Why you will most likely fail at your New Year’s resolution

Maria Isabel Garcia
If it's a person who triggers bad habits, maybe you can try avoiding that person starting this year

Blame habits. 

We usually think of habits as harmless bits of automatic and routine behavior – those that do not require a stream of willpower to execute. But considering that almost half of our daily individual actions – about 43% – are habitual, we may want to rethink the value of a habit.

Individually, breaking the habit of an unhealthy eating cycle and getting on a life-restoring one could change the quality, perhaps even the length, of your life. Collectively, if we all get into the habit of segregating our trash, eating less meat, and avoiding single-use plastic, we can start having a better world.

However, if you realize the power of habits, then you will know why your New Year ‘sresolution will most likely not happen, and why solving the climate crisis is like covering yourself with an umbrella in a nuclear fallout. But maybe if we knew what we were up against inside ourselves, we could make habits work for to better ourselves and the world. 

Here are 7 basic things we should know about the nature of a habit:

1. Habits are our brain’s way to be more efficient, regardless of the task at hand. Willpower, regardless of how much of a control freak you think you are, cannot be sustained 24/7. Our brains are always looking for the easiest ways to process decisions. For example, when you get up in the morning, you march through your routine like a zombie without having to make deliberate decisions to go to the bathroom, dress up, and bring your bag. Habit as a mechanism is nature’s way for you to save on mental effort because mental effort is based on willpower, which in turn is limited. But “easy” is not always the right way.

2. “Cue” and “reward” are habit’s yin and yang. These are habit’s inner cogs. The cue is the trigger for your habit to get embedded in your head and in your life.

It could be the smell of coffee that lingers in the air on your way home, which makes you want to get another cup of coffee that late in the day. Then, when you get your coffee and take that first sip, the taste of your favorite slight hazelnut flavor hits you. That is the reward you feel and that pattern is what your brain encodes. This is how you form a habit – with a trigger and a reward.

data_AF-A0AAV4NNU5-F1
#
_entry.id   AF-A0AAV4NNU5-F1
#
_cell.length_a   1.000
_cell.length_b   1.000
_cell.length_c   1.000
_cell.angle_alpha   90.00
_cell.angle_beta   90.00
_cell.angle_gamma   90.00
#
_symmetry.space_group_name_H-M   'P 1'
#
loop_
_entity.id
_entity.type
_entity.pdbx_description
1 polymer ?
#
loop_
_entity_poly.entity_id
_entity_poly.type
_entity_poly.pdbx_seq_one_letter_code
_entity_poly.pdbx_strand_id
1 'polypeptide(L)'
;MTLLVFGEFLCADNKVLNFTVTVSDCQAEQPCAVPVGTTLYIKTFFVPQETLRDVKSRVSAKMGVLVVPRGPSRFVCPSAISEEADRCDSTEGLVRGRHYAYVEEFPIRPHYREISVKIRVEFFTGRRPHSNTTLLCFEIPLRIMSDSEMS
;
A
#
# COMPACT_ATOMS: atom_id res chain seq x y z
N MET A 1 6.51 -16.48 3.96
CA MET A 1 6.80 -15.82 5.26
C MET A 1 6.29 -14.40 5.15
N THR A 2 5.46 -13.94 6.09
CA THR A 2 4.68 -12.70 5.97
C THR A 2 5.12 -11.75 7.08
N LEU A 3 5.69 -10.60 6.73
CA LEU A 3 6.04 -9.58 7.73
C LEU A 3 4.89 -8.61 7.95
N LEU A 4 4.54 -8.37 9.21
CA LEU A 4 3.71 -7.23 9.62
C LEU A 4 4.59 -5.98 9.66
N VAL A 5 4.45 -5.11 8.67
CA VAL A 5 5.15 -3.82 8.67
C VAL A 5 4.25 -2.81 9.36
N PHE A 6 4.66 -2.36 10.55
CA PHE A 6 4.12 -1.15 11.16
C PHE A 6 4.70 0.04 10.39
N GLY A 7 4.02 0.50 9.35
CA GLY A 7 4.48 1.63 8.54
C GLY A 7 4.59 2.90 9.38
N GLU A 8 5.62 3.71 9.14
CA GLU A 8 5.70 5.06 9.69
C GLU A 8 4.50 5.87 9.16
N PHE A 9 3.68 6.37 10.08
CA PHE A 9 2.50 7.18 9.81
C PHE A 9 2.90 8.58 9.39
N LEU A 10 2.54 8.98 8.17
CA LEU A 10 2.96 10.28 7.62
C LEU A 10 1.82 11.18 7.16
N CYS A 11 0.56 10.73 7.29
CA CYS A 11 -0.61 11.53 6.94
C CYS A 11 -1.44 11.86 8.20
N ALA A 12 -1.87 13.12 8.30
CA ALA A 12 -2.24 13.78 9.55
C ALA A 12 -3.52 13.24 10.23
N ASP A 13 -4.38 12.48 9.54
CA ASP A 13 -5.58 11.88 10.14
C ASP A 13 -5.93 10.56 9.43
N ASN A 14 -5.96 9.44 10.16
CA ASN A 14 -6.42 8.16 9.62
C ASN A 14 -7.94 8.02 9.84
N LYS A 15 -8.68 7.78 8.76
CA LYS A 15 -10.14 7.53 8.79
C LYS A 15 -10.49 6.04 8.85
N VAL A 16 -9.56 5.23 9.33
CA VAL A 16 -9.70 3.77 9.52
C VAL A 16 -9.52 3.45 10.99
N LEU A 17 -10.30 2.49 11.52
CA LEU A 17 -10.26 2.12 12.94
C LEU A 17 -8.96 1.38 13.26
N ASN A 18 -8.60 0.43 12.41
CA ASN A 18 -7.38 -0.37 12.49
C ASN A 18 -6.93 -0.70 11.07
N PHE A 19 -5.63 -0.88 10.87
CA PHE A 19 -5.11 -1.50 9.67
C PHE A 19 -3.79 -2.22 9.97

You do this again and again and the pattern will strengthen and be tucked a away in a “museum” in your head. But what if that habit also gets you into a pattern of sleeping later than you should because of that late dose of caffeine? 

3. As mentioned, once you have done something often enough (no one really knows the exact number), that pattern gets to be tucked away in a “museum” in your head. This museum is a part of the structures we share with other living creatures. These are ancient structures deep at the center of your skull that enable your survival.

Scientists have found that with automated and routine behavior, they become tucked away in our basal ganglia, which other animals also have. This is the home of our habits, where they get separated from our willpower and conscious decision-making. Here, they are more difficult to access because they get petrified there like cobwebbed museum pieces; they have already done their job embedding their image in your head without you having to visit them again. 

4. Our brains do not care what you make into a habit. Our brains are complex organs that enable us to get things done. For the most part, when left on auto mode, it aims for the easiest way out – cursing, reacting, doing nothing, binging – because they require less mental effort to do so and the brain’s theme song is “Make it easy on yourself.”